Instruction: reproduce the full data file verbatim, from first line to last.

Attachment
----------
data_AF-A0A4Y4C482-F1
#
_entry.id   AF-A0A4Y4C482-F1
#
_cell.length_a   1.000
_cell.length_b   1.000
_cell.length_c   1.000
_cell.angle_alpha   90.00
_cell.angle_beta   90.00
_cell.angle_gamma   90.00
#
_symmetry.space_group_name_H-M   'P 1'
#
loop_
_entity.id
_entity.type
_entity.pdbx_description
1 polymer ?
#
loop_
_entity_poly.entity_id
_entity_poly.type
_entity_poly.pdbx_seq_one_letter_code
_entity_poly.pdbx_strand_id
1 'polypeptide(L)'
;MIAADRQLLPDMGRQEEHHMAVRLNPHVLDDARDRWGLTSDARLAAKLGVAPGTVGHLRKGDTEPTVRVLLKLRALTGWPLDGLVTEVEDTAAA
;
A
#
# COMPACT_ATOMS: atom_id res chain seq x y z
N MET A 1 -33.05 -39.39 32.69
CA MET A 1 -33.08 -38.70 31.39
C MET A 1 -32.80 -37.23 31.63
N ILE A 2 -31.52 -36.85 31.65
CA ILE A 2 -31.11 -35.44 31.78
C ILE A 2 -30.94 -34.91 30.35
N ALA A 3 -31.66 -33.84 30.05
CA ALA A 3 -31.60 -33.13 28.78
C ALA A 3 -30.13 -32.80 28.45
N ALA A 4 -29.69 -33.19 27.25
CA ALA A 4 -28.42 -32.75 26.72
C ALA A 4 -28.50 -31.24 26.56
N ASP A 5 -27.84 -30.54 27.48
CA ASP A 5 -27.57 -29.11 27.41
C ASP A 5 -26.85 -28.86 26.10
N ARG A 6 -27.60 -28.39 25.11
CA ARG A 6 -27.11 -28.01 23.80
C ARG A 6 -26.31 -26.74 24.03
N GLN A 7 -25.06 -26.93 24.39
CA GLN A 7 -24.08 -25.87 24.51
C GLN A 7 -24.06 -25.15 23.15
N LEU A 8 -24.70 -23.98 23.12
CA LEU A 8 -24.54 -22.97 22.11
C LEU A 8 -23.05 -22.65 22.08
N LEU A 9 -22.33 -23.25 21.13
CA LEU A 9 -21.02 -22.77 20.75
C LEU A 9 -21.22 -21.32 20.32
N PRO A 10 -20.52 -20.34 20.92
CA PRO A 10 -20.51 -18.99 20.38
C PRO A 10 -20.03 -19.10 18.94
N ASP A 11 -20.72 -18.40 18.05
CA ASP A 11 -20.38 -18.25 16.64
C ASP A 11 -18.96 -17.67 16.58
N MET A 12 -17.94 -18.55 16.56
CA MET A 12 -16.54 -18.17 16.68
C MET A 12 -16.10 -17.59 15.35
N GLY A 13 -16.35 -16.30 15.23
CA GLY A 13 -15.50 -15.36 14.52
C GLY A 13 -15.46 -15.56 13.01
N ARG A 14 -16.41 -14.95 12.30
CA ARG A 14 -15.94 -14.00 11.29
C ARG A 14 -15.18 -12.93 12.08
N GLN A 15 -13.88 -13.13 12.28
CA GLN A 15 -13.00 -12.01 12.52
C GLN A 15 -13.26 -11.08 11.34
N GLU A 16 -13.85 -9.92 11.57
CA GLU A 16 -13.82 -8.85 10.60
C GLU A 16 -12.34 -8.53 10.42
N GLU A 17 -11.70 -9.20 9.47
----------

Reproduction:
data_AF-A0A4Y4C482-F1
#
_entry.id   AF-A0A4Y4C482-F1
#
_cell.length_a   1.000
_cell.length_b   1.000
_cell.length_c   1.000
_cell.angle_alpha   90.00
_cell.angle_beta   90.00
_cell.angle_gamma   90.00
#
_symmetry.space_group_name_H-M   'P 1'
#
loop_
_entity.id
_entity.type
_entity.pdbx_description
1 polymer ?
#
loop_
_entity_poly.entity_id
_entity_poly.type
_entity_poly.pdbx_seq_one_letter_code
_entity_poly.pdbx_strand_id
1 'polypeptide(L)'
;MIAADRQLLPDMGRQEEHHMAVRLNPHVLDDARDRWGLTSDARLAAKLGVAPGTVGHLRKGDTEPTVRVLLKLRALTGWPLDGLVTEVEDTAAA
;
A
#
# COMPACT_ATOMS: atom_id res chain seq x y z
N MET A 1 -33.05 -39.39 32.69
CA MET A 1 -33.08 -38.70 31.39
C MET A 1 -32.80 -37.23 31.63
N ILE A 2 -31.52 -36.85 31.65
CA ILE A 2 -31.11 -35.44 31.78
C ILE A 2 -30.94 -34.91 30.35
N ALA A 3 -31.66 -33.84 30.05
CA ALA A 3 -31.60 -33.13 28.78
C ALA A 3 -30.13 -32.80 28.45
N ALA A 4 -29.69 -33.19 27.25
CA ALA A 4 -28.42 -32.75 26.72
C ALA A 4 -28.50 -31.24 26.56
N ASP A 5 -27.84 -30.54 27.48
CA ASP A 5 -27.57 -29.11 27.41
C ASP A 5 -26.85 -28.86 26.10
N ARG A 6 -27.60 -28.39 25.11
CA ARG A 6 -27.11 -28.01 23.80
C ARG A 6 -26.31 -26.74 24.03
N GLN A 7 -25.06 -26.93 24.39
CA GLN A 7 -24.08 -25.87 24.51
C GLN A 7 -24.06 -25.15 23.15
N LEU A 8 -24.70 -23.98 23.12
CA LEU A 8 -24.54 -22.97 22.11
C LEU A 8 -23.05 -22.65 22.08
N LEU A 9 -22.33 -23.25 21.13
CA LEU A 9 -21.02 -22.77 20.75
C LEU A 9 -21.22 -21.32 20.32
N PRO A 10 -20.52 -20.34 20.92
CA PRO A 10 -20.51 -18.99 20.38
C PRO A 10 -20.03 -19.10 18.94
N ASP A 11 -20.72 -18.40 18.05
CA ASP A 11 -20.38 -18.25 16.64
C ASP A 11 -18.96 -17.67 16.58
N MET A 12 -17.94 -18.55 16.56
CA MET A 12 -16.54 -18.17 16.68
C MET A 12 -16.10 -17.59 15.35
N GLY A 13 -16.35 -16.30 15.23
CA GLY A 13 -15.50 -15.36 14.52
C GLY A 13 -15.46 -15.56 13.01
N ARG A 14 -16.41 -14.95 12.30
CA ARG A 14 -15.94 -14.00 11.29
C ARG A 14 -15.18 -12.93 12.08
N GLN A 15 -13.88 -13.13 12.28
CA GLN A 15 -13.00 -12.01 12.52
C GLN A 15 -13.26 -11.08 11.34
N GLU A 16 -13.85 -9.92 11.57
CA GLU A 16 -13.82 -8.85 10.60
C GLU A 16 -12.34 -8.53 10.42
N GLU A 17 -11.70 -9.20 9.47